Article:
"Like many other businesses in the service industry, we have found it difficult over the past few years to hire qualified employees," said Alison Neumann-Lundy, owner of Minneapolis-based residential cleaning service Alison's Cleaning. "To entice new hires, we work very hard to provide an attractive work environment by offering flexible schedules, competitive wages and benefits including paid time off."

Small business owners also were asked about the rising popularity of companies that provide on-demand businesses and services, which involves using the internet and smart phone apps to assign work to people who are not regular employees, but are available to do tasks on an on-demand basis or as needed. Just 18 percent of those surveyed describe their business as a provider of on-demand goods and services, yet one in four (26 percent) believe the trend toward more on-demand labor will benefit their business in the long run. Another 20 percent say their business currently faces competition from on-demand companies, and another 27 percent expect to experience this competition in the future.

Small Business Challenges
When business owners were asked to identify the most important challenges facing their business today, attracting customers and finding new business rose to the top of the list at 13 percent, followed by hiring and retaining quality staff (11 percent) and the economy (10 percent). Government regulations also was listed as a top challenge at 9 percent, down from 14 percent last quarter. These challenges have been consistently reported as the top concerns of small business owners since early 2013, although the order of concerns shifts from quarter to quarter.

Small Business Index Key Drivers
In April, the present situation score – how business owners gauge their perceptions of the past 12 months – dipped to 36 from 40 in February, when it was the highest it had been since January 2008. The future expectations score – how business owners expect their businesses to perform over the next 12 months – remained relatively unchanged at 59.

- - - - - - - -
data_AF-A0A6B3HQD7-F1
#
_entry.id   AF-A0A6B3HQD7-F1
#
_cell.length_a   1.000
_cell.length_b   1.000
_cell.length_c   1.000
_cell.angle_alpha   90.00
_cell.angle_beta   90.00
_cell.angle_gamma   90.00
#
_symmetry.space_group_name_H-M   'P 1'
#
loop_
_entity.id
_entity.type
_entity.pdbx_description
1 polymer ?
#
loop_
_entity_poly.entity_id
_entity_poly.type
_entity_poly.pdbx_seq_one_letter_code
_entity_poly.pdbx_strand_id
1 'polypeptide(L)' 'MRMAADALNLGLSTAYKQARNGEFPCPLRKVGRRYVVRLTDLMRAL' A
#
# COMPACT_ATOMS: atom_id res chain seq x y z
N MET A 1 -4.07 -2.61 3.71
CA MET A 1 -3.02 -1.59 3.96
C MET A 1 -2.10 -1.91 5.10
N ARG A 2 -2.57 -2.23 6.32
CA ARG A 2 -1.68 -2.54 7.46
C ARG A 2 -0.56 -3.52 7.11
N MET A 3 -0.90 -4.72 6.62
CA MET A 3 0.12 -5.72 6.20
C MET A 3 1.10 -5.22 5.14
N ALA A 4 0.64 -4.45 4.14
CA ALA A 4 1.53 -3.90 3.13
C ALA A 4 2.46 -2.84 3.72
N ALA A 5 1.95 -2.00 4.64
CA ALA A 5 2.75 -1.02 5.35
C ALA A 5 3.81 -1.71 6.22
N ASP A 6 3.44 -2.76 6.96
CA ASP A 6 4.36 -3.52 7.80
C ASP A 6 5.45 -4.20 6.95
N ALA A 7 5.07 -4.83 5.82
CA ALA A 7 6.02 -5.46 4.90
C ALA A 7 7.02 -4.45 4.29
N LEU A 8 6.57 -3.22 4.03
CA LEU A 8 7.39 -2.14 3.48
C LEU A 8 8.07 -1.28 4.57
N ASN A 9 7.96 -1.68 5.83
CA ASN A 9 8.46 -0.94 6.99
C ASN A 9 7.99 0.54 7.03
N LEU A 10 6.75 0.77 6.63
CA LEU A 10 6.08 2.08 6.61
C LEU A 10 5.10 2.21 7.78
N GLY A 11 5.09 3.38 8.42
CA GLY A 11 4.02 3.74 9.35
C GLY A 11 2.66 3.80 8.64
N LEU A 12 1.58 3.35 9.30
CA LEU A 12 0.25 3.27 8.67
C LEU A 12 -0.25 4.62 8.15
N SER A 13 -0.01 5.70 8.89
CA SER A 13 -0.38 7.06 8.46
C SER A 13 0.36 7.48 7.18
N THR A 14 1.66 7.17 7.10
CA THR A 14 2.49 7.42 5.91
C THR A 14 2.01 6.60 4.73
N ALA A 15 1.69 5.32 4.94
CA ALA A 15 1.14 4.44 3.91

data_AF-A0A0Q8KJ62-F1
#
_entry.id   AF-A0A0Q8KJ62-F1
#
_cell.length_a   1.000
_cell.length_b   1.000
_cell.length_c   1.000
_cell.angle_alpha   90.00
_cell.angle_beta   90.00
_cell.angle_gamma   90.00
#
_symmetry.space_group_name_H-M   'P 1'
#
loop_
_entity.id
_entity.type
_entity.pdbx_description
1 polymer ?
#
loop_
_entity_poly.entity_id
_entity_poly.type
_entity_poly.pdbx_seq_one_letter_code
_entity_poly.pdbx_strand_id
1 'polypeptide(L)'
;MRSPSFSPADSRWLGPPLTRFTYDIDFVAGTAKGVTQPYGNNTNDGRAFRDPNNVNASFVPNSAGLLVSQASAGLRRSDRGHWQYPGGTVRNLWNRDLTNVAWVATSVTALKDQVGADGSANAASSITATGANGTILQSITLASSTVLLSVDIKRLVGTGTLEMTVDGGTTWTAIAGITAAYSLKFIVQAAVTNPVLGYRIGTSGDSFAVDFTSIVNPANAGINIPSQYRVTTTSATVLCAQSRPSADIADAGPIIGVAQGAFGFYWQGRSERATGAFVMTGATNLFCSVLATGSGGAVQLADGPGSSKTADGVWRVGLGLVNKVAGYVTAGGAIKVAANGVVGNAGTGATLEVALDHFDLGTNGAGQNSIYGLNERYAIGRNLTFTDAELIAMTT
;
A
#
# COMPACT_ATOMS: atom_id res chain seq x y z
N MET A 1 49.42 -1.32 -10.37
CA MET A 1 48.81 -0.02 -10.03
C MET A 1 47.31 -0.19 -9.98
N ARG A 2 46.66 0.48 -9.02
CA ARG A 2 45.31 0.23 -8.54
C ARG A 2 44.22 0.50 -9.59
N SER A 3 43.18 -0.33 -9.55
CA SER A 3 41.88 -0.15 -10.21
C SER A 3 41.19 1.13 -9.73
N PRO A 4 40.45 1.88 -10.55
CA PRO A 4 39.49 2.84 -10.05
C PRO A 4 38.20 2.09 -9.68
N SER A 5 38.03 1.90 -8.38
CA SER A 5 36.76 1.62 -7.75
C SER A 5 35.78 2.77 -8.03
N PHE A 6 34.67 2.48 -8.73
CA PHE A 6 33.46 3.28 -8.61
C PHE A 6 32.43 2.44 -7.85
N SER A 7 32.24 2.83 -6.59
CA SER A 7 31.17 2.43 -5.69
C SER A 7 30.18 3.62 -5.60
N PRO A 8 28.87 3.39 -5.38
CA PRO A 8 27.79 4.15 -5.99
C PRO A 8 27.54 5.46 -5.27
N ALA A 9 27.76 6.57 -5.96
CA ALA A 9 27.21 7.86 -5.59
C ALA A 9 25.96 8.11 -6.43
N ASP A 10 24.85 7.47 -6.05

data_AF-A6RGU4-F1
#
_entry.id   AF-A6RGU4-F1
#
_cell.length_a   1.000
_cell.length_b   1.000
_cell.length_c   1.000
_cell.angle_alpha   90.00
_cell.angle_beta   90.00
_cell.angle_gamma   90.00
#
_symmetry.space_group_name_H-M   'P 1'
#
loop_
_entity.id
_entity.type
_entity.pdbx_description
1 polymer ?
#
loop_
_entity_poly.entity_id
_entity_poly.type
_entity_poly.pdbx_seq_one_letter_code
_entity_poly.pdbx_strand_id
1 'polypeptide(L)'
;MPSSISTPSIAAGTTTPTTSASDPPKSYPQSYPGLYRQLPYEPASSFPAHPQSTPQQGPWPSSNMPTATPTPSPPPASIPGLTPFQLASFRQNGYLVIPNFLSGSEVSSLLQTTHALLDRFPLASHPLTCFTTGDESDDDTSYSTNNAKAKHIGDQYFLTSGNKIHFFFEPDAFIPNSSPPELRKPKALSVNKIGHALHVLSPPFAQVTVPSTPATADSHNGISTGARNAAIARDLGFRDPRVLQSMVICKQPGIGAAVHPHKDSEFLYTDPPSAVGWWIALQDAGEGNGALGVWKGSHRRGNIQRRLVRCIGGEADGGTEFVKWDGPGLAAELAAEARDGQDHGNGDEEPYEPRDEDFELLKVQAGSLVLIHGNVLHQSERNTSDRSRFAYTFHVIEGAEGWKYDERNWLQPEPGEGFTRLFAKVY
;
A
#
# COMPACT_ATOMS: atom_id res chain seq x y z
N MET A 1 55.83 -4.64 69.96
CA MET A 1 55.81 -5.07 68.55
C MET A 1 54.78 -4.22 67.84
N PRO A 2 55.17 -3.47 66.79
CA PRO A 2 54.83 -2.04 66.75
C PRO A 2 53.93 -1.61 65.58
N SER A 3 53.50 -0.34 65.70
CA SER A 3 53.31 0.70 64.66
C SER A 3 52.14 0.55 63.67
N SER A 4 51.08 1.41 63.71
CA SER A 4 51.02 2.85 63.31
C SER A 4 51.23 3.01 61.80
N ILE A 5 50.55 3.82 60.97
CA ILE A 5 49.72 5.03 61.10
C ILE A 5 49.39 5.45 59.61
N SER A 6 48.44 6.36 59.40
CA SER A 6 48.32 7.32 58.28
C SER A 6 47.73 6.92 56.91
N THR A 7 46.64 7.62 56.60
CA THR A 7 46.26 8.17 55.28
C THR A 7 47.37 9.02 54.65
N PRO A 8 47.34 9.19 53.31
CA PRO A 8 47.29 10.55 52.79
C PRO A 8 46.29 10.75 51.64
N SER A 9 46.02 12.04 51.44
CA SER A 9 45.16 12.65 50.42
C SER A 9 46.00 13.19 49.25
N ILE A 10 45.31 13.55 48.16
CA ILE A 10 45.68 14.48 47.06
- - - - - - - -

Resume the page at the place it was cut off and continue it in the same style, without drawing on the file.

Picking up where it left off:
About the Wells Fargo/Gallup Small Business Index
Since August 2003, the Wells Fargo/Gallup Small Business Index has surveyed small business owners on current and future perceptions of their business financial situation. The Index consists of two dimensions: 1) Owners' ratings of the current situation of their businesses and, 2) Owners' ratings of how they expect their businesses to perform over the next 12 months. Results are based on telephone interviews with 603 small business owners, with annual revenues up to $20 million, in all 50 United States conducted April 3-7, 2017. The overall Small Business Index is computed using a formula that scores and sums the answers to 12 questions — six about the present situation and six about the future. An Index score of zero indicates that small business owners, as a group, are neutral – neither optimistic nor pessimistic – about their companies' situations.   The overall Index can range from -400 (the most negative score possible) to +400 (the most positive score possible), but in practice spans a much more limited range. The margin of sampling error is +/- four percentage points. The highest Index reading was +114 in the fourth quarter of 2006, and the lowest reading was -28 in the third quarter of 2010.